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The five-page document, published in both English and Norwegian, surfaced on the internet just a week after the pact was concluded. Under the agreement, the UK and Norway agreed to fix quotas and access to each other’s waters annually. UK fishing fleets land around £32 million worth of fish from Norwegian waters each year.
It was the first fisheries agreement signed by Britain as an independent coastal state in 40 years.
The leaked framework agreement doesn’t contain exact details on potential fishing opportunities, which will be decided as part of annual negotiations.
But Downing Street has secured the use of “zonal attachment” – a scientific method to calculate quotas based on where fish live – in the pact.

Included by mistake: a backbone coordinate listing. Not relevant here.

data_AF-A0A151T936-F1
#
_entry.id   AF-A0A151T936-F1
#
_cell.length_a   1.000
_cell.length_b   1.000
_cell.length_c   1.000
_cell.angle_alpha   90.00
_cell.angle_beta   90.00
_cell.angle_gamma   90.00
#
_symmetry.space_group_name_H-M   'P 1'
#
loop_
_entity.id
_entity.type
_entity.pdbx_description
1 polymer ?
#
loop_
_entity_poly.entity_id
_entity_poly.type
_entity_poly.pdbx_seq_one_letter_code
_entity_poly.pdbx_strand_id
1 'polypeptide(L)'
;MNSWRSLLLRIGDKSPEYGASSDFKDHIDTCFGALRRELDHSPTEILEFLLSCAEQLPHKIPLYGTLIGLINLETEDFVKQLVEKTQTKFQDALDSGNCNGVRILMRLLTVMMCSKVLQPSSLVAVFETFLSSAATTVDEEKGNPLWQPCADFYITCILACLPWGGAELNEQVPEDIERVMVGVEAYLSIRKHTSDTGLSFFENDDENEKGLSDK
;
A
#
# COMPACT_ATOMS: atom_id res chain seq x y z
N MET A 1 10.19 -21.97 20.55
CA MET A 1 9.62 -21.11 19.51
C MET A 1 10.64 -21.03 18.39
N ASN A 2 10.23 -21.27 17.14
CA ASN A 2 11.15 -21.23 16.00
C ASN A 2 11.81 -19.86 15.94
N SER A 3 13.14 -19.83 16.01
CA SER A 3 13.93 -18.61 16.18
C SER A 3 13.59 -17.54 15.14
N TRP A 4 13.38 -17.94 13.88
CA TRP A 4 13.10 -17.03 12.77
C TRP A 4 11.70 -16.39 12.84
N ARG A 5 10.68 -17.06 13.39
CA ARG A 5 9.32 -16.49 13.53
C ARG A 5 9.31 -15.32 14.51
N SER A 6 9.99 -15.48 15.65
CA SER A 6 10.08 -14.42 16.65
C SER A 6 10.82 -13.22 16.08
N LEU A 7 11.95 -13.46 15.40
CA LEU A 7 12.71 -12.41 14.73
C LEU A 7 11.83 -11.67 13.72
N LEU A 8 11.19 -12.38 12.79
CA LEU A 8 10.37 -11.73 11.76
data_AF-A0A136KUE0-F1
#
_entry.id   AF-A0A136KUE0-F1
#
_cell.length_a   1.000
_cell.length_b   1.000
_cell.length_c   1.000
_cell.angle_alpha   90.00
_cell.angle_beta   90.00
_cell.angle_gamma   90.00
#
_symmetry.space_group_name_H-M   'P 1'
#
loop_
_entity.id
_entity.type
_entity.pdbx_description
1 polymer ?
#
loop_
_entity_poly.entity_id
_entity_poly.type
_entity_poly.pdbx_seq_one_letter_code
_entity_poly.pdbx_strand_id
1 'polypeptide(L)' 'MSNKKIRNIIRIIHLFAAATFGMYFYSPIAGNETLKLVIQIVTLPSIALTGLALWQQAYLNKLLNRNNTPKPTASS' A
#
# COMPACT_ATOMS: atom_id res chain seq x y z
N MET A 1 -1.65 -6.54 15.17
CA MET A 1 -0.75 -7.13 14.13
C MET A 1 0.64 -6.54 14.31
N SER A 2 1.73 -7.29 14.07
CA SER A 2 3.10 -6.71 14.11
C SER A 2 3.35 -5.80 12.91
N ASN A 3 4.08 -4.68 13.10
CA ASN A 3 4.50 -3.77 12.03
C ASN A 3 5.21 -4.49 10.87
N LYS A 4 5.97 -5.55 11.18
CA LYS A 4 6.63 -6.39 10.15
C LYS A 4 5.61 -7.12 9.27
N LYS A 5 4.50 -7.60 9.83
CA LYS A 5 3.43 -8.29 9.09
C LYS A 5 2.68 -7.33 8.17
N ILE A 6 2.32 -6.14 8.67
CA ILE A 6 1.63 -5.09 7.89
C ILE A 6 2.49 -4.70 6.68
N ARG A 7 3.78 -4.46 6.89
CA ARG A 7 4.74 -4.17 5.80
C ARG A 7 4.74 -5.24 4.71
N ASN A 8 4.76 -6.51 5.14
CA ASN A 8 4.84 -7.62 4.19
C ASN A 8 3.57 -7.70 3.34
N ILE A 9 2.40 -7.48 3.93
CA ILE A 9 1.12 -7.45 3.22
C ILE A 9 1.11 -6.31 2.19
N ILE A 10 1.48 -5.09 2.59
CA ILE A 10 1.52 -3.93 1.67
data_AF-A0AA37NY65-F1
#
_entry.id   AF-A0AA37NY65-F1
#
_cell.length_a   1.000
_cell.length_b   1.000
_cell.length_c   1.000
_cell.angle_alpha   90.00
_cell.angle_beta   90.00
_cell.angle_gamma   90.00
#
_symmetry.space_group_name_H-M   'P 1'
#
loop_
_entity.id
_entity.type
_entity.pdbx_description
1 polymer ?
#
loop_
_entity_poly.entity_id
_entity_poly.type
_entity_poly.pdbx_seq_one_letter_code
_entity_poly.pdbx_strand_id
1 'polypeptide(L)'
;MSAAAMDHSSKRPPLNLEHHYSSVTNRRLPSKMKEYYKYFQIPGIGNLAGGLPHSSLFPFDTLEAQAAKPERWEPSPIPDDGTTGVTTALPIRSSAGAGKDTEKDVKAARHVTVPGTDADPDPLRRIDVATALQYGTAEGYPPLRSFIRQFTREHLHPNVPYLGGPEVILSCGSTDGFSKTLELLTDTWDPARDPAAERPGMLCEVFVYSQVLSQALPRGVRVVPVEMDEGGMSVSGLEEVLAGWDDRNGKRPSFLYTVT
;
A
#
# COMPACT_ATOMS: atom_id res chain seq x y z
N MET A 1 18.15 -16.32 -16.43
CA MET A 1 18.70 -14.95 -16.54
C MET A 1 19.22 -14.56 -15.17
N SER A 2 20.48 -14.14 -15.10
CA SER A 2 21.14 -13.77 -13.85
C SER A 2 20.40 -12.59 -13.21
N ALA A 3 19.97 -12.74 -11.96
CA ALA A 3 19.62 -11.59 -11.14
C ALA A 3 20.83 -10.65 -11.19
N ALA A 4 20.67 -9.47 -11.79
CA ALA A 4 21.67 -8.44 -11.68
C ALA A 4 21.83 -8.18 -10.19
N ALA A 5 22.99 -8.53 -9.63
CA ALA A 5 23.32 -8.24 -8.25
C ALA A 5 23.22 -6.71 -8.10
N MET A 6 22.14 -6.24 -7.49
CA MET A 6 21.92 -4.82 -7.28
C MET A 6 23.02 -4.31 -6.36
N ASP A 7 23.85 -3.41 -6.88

This is also a key demand from No10 in the post-Brexit negotiations with the European Union.
The Norway agreement says: “We commit to recognising the importance of zonal attachment as a principle of international fisheries management applied by coastal states when discharging their obligations under UNCLOS and related instruments in relation to join management of shared stocks.”
Annual negotiations over access is also another win secured by British negotiators, and is also being asked as part of the EU fisheries agreement.
The Norway agreement states: “The Parties shall consult annually to seek to determine, inter alia, the following matters.
“Any access by fishing vessels flying the flag of one Party to the other’s area of jurisdiction.
“Any transfer of quota from one Party to the other for fishing by vessels flying the flag of the other Party, subjected to adjustment where necessary.
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